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Blue Velour

Aside from the rosy prime-time nostalgia of television, one dredges pop culture in vain for an upbeat view of life in the American suburb. Ever since Levittown, our cinema has, by all genre means possible, hacked away at the allegedly arid moonscapes that ring our cities, and pared down suburban life to silent breakfast-table wars between oppressed organization men, their frustrated wives, and a generation of resentful children itching to disown their privilege, first through free love and activism, then through Me Decade narcissism, and finally -- so say the pundits -- through the naysaying lethargy of Generation X. But if you think you‘ve seen it all in Edward Scissorhands, Serial Mom, The Ice Storm and Pleasantville, get ready for American Beauty.

Made with swaggery panache by transatlantic theater whiz Sam Mendes, who directed the acclaimed The Blue Room, the movie opens as a malicious tease hinting at a murder mystery surrounding its unpromising narrator. Lester Burnham (Kevin Spacey) is a lowly ad man whose sagging shoulders and overhanging gut bespeak loser, not only in his own eyes but in those of his bosses, his overcompensatingly chipper wife, Carolyn (Annette Bening), and his insecure daughter, Jane, played with inspired sullenness by Thora Birch. By long habit, every member of the Burnham family has been subjugating their rage and secret desires to the narrow band of dogged conformity that gets them -- just barely -- through the day. When Lester, egged on by encounters with two youngsters exactly the age he was when he was at his happiest -- Jane’s blond cheerleader friend Angela (Mena Suvari) and Ricky Fitts (newcomer Wes Bentley), a neighbor given to tracking Jane with a camera -- starts shedding weight and responsibility by the pound in order to live free, he blows the cover of everyone in his orbit. The repressed returns unhinged: As the Burnhams run spectacularly amok, the movie‘s running joke is that the town’s most normal inhabitants are a twinlike gay couple named Jim and Jim.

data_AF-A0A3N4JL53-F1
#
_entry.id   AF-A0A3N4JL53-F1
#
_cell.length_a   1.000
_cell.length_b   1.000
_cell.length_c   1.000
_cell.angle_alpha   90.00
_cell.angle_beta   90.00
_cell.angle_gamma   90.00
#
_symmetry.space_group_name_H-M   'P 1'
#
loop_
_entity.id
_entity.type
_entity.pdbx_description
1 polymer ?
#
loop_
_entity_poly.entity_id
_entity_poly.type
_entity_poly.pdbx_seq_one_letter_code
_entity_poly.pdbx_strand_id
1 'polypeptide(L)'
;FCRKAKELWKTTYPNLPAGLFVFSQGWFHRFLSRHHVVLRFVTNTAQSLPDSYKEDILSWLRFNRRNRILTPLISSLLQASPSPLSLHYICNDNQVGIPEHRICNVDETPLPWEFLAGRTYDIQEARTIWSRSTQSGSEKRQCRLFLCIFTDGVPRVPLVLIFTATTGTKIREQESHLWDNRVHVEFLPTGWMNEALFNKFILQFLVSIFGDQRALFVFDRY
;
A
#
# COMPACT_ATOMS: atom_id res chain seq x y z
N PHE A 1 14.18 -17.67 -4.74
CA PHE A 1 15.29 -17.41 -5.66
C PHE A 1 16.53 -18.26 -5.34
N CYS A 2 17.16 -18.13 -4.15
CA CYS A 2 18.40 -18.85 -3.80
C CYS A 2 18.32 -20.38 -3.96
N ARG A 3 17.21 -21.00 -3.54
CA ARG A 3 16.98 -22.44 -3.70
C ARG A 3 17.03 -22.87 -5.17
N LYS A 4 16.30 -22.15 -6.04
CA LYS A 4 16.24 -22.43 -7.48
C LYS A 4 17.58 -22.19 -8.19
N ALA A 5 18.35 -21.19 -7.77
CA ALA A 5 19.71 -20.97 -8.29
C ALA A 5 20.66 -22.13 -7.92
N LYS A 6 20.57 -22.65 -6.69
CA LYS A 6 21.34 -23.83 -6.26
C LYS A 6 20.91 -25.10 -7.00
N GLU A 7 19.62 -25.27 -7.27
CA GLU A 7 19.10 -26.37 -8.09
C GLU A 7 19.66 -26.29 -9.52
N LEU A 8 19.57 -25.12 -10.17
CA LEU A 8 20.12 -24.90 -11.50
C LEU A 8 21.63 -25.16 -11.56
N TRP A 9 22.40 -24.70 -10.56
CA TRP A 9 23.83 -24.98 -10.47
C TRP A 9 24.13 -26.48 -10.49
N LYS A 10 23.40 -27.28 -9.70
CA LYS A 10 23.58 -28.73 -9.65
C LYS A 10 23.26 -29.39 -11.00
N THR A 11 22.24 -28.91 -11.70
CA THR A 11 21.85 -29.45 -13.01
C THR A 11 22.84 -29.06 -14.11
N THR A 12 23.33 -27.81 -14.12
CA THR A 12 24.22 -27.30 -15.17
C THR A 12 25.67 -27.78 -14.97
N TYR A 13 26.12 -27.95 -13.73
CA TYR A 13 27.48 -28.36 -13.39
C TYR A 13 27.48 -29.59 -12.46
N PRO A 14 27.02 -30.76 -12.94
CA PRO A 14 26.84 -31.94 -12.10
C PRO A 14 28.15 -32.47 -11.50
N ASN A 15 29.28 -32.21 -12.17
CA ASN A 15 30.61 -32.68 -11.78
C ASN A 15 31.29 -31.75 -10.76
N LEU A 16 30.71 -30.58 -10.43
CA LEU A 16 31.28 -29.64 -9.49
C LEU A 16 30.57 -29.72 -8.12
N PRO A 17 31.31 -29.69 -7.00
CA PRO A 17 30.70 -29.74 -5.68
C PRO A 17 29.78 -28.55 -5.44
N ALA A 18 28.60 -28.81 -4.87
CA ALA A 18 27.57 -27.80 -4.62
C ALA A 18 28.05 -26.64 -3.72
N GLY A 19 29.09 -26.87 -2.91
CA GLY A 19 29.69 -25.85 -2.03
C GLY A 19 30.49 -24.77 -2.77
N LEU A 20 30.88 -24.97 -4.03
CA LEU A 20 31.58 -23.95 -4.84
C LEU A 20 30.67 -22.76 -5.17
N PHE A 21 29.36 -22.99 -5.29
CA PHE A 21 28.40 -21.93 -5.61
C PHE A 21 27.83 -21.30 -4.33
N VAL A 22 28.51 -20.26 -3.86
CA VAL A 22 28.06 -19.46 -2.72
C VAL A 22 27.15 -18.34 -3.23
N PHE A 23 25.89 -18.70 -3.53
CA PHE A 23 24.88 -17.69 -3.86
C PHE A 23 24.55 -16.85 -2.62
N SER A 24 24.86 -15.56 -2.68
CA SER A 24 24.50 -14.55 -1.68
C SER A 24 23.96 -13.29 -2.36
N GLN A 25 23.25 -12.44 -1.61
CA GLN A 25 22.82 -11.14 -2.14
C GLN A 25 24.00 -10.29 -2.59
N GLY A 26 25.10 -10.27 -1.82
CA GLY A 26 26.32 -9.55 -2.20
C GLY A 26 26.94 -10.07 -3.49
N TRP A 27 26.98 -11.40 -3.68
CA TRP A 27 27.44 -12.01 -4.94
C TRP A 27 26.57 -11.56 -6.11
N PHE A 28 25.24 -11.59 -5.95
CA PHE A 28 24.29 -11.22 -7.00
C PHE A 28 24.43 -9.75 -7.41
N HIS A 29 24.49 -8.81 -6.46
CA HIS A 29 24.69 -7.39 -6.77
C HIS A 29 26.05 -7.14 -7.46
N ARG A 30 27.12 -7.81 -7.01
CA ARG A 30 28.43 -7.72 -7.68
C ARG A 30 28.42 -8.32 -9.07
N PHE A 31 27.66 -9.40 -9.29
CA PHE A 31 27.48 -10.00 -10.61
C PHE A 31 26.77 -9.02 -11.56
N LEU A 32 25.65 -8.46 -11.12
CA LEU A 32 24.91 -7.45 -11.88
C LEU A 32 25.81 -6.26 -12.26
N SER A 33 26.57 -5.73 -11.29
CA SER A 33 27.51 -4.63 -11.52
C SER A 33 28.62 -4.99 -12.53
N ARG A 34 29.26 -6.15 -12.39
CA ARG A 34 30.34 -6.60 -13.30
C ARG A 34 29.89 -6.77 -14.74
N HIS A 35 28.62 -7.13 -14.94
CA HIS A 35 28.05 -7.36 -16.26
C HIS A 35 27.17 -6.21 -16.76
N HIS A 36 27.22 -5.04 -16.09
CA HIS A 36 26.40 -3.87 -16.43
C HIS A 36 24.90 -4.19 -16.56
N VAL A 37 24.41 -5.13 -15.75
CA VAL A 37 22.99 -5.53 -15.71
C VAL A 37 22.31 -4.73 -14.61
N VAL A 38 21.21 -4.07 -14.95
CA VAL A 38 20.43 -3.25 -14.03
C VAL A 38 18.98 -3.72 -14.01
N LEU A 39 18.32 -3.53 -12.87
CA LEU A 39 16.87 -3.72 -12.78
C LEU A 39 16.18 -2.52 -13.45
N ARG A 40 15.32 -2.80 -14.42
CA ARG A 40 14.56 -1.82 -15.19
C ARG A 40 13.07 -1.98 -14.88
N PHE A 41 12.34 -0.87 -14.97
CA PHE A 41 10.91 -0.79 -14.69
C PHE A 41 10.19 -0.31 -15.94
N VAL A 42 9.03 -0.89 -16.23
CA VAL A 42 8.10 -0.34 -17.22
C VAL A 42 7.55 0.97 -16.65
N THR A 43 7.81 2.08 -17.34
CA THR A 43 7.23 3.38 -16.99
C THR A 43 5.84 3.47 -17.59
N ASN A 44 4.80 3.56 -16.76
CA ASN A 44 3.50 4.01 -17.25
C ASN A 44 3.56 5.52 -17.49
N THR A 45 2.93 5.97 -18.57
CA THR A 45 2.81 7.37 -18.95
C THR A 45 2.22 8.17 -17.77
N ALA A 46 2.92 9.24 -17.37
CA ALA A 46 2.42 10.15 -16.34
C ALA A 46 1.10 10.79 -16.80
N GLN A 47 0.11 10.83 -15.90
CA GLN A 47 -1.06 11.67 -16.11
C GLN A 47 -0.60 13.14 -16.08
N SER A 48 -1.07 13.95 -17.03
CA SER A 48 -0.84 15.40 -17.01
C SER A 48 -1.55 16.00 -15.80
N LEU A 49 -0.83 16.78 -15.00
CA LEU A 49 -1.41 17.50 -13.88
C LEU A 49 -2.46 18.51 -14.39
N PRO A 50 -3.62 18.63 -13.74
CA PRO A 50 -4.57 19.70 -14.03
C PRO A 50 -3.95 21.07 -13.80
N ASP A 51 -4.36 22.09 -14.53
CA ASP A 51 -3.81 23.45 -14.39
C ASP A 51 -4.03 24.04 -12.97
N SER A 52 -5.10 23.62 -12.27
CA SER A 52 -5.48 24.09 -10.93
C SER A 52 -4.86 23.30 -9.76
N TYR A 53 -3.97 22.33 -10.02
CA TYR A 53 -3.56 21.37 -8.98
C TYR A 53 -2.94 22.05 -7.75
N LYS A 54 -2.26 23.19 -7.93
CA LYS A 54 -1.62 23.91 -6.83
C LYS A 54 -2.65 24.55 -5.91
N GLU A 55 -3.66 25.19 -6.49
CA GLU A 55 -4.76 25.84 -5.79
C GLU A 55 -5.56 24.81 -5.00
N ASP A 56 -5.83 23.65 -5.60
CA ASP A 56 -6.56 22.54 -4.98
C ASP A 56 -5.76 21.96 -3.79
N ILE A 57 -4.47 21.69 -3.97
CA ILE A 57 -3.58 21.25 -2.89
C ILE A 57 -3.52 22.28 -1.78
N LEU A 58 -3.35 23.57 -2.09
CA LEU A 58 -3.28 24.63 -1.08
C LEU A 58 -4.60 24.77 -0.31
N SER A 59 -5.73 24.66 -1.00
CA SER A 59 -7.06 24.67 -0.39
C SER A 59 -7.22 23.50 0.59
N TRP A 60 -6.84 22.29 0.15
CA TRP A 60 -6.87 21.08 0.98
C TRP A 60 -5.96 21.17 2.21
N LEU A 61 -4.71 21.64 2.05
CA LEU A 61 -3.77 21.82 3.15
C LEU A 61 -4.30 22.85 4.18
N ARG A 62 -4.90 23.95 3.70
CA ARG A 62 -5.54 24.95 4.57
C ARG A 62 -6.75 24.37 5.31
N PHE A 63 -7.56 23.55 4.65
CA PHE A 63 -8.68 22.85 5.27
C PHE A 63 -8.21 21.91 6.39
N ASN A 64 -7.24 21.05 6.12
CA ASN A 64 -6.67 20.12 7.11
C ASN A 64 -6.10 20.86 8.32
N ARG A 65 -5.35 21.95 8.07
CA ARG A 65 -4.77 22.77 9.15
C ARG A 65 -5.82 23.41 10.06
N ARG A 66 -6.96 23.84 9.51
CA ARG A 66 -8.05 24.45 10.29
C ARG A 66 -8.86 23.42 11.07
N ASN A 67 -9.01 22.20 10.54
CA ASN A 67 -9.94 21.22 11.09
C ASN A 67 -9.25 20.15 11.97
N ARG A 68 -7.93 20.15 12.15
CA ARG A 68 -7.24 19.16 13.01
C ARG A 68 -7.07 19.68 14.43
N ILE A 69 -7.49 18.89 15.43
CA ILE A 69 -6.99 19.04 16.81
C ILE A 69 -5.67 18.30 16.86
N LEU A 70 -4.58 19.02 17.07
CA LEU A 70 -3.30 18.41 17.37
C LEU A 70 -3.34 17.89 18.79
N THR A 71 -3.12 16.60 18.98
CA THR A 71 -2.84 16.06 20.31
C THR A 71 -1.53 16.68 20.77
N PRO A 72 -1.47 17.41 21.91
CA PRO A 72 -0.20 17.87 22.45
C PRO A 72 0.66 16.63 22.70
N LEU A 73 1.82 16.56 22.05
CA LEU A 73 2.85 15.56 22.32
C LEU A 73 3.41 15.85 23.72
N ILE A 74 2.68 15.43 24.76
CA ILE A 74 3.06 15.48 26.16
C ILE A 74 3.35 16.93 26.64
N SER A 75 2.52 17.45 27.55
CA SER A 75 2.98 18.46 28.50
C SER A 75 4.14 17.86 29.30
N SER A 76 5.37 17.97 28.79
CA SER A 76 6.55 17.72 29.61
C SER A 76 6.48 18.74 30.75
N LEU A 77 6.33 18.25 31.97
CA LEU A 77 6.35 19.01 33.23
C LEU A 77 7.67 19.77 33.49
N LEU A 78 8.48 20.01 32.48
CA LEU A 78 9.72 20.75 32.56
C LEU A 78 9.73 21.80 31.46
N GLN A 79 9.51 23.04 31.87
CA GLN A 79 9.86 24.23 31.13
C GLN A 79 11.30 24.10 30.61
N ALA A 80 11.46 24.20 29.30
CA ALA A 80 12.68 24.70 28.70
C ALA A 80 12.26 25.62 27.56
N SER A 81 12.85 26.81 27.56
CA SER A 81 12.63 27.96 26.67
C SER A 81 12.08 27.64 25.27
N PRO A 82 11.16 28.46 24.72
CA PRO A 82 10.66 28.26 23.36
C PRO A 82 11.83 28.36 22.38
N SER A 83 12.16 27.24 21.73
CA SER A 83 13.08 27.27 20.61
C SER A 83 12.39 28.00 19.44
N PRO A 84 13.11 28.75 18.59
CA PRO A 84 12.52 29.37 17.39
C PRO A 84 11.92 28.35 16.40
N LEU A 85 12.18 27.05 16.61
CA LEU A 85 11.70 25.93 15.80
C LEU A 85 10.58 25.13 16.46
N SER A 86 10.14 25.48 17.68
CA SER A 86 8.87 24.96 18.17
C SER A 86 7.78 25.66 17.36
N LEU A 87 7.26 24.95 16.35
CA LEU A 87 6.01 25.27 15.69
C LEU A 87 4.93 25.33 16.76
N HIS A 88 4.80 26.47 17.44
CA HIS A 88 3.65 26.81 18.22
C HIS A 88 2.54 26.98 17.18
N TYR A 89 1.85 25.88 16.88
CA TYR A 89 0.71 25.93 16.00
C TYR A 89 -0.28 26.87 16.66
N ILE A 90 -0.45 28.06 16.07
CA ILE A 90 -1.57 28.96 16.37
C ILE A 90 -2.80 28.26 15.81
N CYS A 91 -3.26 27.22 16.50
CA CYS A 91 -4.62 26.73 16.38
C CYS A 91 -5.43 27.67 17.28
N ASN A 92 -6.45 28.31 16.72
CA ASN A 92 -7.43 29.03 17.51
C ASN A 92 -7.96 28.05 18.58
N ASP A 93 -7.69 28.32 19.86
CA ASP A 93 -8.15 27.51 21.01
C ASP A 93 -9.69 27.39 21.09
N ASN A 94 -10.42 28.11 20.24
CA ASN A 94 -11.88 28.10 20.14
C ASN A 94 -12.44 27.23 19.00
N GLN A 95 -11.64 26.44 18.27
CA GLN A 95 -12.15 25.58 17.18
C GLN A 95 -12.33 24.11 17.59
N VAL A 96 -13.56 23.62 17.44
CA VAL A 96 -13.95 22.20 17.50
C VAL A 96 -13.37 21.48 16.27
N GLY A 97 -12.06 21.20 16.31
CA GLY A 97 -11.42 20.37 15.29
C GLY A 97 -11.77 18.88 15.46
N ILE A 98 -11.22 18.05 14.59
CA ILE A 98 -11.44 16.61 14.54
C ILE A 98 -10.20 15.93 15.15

Mendes has cannily turned his inexperience with film into an asset. Unfettered by allegiance to a single genre and pepped by Alan Ball‘s smart script, American Beauty darts between the bouncy pacing of venomous black comedy and the slow cadences of a moody character drama that reaches into dark places largely untouched by suburban satire, even in Ang Lee’s The Ice Storm. Sidestepping the usual snobby caricatures of suburban decor, Mendes and cinematographer Conrad Hall achieve a discreetly chill loneliness that rises like fog off the gleaming kitchens and polished tables with their vases set dead center. In one scene, Ricky‘s mother, played with numb inertia by the wonderful Allison Janney, gazes around her spotless dining room and apologizes to a visitor for the mess. It could, like almost every other scene in the movie, be the occasion for a cheap, throwaway laugh, but Mendes has all the actors playing their characters straight, without so much as a wink at the camera. American Beauty has the feel of a movie that’s been extensively rehearsed. After a string of poorly chosen roles, Bening is back in top form, drumming up sympathy and sniggers in uncomfortably equal measure for Lester‘s desperate chatterbox of a wife, while Spacey plumbs beneath his bad-boy nonchalance to a man unraveling from one kind of loser into another, until at last he earns a kind of equanimity.

Less an attack on suburbanites than an indictment of the emotional death produced by isolation and commodity fetishism (Carolyn sells shoddy real estate), the ”beauty“ of the film’s title slithers around, attaching itself now to the pneumatic Angela, now to a mountain of rose petals, now -- audaciously -- to the violent undertow that tugs at the neighborhood‘s studied serenity. Barring one unfortunate scene that implies it’s okay to sleep with an underage slut but not with an underage virgin, American Beauty surprises you with a kind of hardheaded romanticism. In the end it is Ricky, the movie‘s eyes and ears, who holds the key to its ambiguous aesthetic. This troubled boy, who smiles faintly at the sight of a head covered in blood, also rejoices over an empty plastic bag blowing in the wind. ”There is this entire life behind things,“ he murmurs. And so there is, even in that shrine to thing-worship, the American suburb.


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